News Flash > Asthma & Allergies

 

Antibiotic for Asthma Sufferers

Reported May 25, 2011


(Ivanhoe Newswire) -- People with severe asthma are more likely to have antibodies against the disease-causing bacteria Chlamydia pneumoniae than the general population and in some cases antibiotic treatment can greatly improve symptoms.

"We conclude that a subset of severe asthmatics harbor infectious C. pneumoniae in their lungs, resulting in antibody production and increased asthma severity," Eduard Drizik of the University of Massachusetts, Amherst, was quoted as saying.

Asthma is a chronic respiratory disease, whose causes are not completely understood, affecting over 300 million people worldwide, including almost 24 million American children and adults. There is no cure for asthma and the disease is managed by controlling disease symptoms. The recognition that asthma pathogenesis involves chronic inflammation has led to a flurry of studies exploring the prevalence of various infectious organisms in the asthmatic condition.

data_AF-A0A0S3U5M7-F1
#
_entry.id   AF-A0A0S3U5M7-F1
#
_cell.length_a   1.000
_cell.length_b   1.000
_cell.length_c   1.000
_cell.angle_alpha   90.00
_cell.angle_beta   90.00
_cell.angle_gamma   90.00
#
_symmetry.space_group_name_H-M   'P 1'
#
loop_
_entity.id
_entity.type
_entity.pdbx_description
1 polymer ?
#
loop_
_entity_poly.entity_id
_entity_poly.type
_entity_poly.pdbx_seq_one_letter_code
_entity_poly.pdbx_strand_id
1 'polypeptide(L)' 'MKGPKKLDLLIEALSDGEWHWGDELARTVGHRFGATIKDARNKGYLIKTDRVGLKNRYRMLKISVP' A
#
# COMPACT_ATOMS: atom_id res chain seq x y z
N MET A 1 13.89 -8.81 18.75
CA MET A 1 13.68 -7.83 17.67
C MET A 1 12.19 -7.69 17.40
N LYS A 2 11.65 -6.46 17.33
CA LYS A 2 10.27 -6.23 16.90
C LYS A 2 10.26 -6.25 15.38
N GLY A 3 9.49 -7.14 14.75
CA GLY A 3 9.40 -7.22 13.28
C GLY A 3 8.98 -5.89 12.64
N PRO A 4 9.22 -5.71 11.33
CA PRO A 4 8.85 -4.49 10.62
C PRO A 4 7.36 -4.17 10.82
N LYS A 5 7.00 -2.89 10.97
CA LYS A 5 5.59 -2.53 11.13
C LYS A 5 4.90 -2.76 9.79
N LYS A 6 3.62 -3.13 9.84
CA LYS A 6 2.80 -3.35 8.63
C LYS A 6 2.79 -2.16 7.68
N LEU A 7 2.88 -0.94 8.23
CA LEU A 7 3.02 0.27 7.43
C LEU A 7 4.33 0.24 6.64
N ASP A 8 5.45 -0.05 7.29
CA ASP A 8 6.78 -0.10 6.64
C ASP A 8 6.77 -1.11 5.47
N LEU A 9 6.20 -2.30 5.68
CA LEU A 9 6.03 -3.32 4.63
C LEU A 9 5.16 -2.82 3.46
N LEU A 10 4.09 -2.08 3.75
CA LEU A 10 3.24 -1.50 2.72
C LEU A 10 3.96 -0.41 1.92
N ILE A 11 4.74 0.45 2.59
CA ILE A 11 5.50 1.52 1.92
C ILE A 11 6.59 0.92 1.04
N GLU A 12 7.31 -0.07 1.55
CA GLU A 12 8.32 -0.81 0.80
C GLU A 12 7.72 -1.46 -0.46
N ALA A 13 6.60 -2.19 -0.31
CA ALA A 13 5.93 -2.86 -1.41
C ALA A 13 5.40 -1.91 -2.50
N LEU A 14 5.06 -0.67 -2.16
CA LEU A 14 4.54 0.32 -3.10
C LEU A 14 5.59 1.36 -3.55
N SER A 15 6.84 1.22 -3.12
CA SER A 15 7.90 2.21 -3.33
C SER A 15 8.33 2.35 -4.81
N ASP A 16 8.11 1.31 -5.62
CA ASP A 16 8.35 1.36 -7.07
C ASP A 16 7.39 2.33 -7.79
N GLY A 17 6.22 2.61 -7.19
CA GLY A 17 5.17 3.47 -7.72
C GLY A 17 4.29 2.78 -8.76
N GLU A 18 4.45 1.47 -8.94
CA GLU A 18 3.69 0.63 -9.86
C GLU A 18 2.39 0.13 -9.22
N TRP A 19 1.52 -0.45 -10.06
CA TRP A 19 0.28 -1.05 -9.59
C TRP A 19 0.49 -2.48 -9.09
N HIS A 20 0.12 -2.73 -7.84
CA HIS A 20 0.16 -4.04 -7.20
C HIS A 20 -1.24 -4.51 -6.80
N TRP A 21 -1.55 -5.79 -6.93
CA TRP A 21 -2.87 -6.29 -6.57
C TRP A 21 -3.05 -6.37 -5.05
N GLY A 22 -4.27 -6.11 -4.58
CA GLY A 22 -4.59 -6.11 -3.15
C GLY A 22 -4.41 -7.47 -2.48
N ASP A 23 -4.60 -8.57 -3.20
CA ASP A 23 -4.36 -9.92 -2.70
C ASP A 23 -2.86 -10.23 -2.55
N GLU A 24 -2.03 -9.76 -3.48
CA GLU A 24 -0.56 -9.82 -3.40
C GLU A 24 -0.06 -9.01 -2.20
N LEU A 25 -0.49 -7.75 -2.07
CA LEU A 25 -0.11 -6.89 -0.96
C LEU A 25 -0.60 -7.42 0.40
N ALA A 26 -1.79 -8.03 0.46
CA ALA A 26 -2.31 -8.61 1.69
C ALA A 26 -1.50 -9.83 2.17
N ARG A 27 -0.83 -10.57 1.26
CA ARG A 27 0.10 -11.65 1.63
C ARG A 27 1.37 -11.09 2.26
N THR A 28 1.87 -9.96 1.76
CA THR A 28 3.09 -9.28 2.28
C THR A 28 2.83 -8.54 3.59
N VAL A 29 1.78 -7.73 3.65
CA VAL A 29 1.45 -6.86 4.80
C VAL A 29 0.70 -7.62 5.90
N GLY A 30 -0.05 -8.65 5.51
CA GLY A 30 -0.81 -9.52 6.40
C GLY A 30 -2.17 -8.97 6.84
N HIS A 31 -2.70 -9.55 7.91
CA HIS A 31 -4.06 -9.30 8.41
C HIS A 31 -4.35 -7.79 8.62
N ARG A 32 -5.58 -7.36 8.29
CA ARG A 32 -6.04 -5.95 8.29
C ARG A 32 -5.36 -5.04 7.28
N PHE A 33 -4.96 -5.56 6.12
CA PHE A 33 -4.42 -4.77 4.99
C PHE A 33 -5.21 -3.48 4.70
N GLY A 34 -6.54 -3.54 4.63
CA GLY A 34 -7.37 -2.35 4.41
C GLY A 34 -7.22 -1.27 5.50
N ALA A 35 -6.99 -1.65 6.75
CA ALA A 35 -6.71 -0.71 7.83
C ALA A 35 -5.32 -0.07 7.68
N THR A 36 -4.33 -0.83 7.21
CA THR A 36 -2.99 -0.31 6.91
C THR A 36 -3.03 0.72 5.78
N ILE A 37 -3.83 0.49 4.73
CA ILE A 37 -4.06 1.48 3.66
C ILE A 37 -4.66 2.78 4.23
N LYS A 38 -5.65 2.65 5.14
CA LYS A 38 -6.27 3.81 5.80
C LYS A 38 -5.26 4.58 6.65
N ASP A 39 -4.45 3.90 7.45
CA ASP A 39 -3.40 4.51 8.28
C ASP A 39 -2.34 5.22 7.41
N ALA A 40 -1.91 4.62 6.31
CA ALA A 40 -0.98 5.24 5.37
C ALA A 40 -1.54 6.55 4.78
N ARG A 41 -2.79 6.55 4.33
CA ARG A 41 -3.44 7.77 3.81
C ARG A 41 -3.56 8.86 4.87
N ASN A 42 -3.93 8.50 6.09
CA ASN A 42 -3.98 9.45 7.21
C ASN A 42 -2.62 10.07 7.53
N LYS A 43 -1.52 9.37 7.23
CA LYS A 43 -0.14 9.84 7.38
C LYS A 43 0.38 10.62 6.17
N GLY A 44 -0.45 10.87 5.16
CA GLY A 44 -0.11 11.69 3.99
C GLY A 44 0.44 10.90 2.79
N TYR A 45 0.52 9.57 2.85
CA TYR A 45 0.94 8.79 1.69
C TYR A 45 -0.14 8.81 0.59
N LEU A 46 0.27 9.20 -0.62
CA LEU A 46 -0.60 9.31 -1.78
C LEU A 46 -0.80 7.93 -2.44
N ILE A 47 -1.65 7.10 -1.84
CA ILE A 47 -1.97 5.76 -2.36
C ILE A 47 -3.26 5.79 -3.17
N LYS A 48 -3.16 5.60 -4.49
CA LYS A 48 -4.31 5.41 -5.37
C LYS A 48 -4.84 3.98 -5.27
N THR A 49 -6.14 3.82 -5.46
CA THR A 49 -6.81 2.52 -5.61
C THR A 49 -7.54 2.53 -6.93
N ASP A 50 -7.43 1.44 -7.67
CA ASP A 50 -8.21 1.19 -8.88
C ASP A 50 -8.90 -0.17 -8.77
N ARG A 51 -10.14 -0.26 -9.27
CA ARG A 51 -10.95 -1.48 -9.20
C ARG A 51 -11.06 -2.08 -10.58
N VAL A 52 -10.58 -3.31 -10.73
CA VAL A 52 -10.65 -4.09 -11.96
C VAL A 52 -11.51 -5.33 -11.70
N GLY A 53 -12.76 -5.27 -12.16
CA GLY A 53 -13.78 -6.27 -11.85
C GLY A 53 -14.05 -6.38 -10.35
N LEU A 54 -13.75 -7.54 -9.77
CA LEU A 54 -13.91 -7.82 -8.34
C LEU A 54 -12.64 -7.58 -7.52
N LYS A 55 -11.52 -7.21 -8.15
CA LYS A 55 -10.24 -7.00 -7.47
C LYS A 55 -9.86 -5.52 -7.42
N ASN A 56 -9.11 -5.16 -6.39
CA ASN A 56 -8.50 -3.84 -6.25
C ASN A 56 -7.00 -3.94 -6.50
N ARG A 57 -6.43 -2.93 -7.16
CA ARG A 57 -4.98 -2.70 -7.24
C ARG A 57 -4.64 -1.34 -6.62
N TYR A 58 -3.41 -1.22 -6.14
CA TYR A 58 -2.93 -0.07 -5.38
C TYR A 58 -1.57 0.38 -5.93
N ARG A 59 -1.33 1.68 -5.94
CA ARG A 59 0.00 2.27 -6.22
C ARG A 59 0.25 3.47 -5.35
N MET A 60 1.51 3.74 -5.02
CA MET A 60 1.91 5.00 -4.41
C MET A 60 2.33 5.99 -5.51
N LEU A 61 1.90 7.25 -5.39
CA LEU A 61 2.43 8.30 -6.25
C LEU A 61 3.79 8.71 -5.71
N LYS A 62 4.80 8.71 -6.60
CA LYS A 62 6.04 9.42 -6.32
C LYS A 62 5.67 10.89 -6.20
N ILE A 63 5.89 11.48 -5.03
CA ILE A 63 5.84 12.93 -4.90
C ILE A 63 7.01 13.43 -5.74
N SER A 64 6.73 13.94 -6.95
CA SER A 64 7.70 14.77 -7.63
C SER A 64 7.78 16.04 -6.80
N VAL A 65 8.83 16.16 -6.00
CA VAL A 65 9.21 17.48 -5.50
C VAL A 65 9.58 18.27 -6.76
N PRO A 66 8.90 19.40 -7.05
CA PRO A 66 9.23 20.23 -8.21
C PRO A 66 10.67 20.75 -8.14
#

Having previously demonstrated an increased prevalence of C. pneumoniae in the lungs of children and adults with asthma, the researchers conducted a study designed to determine if the presence of Chlamydia-specific antibodies could predict asthma severity and if these antibody-positive patients would benefit from treatment with antibiotics.

"The data revealed a statistically significant link between Chlamydia-specific IgE antibody production and the severity of asthma," says Drizik. "Of the asthma patients analyzed, 55% had Chlamydia-specific IgE antibodies in their lungs compared to 12% of blood donor controls."

In addition, patients who were treated on the basis of asthma severity with antibiotics had significant improvements in asthma symptoms and some even experienced a complete abolition of these symptoms.

"Physicians should therefore fully explore the involvement of microbes in difficult to treat asthma cases, since there might be a cure for some types of asthma after all," said Drizik.

SOURCE: 111th General Meeting of the American Society for Microbiology, May 23, 2011